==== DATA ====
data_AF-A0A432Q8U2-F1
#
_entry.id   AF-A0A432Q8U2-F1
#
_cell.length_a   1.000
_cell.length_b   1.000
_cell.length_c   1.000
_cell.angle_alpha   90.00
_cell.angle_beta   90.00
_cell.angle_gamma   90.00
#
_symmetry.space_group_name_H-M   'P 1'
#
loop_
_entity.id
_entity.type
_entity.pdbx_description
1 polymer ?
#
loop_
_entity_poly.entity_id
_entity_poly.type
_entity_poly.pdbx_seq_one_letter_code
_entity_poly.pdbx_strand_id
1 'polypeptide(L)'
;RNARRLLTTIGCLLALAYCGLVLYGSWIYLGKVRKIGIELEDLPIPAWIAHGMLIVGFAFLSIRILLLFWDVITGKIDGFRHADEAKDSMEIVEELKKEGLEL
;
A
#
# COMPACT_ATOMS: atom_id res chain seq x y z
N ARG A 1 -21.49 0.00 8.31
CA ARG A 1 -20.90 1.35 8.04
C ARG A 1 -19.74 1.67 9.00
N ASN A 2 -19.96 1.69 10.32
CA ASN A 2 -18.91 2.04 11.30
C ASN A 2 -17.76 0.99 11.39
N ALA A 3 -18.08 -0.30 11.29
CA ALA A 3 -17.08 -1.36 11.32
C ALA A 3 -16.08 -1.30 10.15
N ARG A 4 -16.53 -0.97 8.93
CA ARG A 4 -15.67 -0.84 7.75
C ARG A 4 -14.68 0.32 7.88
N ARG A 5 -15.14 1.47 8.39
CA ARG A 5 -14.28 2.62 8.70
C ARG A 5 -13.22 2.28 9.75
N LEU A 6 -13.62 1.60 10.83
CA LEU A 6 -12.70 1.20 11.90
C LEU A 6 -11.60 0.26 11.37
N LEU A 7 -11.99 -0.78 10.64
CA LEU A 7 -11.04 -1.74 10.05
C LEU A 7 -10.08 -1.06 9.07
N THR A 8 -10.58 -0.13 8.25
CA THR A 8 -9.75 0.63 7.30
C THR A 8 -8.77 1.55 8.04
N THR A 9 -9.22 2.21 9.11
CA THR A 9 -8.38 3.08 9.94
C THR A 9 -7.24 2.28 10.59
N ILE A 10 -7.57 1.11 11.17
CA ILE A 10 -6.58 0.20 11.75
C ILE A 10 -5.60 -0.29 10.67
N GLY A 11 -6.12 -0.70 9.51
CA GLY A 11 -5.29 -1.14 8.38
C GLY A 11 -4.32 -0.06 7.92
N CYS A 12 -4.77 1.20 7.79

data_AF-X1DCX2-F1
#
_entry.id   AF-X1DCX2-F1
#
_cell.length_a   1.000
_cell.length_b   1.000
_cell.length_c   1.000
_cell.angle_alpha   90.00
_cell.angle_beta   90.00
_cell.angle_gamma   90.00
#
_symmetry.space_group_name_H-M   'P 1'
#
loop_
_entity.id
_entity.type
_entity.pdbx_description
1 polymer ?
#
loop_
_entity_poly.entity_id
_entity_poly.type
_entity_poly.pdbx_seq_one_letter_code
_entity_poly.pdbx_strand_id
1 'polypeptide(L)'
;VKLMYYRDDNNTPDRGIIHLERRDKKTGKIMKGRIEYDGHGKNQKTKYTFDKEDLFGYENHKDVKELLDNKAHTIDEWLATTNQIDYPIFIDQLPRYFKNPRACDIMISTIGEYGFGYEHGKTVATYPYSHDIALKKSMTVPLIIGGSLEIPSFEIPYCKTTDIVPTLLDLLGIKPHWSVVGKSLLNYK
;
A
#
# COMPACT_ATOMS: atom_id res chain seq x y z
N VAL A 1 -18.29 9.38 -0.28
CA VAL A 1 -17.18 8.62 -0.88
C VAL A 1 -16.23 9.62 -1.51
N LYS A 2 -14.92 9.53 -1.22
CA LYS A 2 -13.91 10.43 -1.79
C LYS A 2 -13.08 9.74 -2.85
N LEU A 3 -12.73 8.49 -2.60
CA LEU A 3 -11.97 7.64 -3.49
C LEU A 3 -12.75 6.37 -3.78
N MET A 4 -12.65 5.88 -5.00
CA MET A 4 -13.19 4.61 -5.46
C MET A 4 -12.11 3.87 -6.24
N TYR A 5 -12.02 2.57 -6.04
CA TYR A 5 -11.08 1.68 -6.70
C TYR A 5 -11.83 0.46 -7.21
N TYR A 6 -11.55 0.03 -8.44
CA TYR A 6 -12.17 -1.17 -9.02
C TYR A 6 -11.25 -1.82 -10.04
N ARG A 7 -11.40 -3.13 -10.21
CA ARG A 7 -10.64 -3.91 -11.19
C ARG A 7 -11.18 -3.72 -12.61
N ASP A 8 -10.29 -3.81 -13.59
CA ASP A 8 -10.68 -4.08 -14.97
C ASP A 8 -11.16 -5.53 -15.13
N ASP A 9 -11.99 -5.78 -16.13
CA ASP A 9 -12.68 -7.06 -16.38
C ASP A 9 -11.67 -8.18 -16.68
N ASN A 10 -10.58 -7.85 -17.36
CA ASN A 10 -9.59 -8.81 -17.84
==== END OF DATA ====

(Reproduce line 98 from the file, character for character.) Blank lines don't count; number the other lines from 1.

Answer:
N LYS A 2 -14.92 9.53 -1.22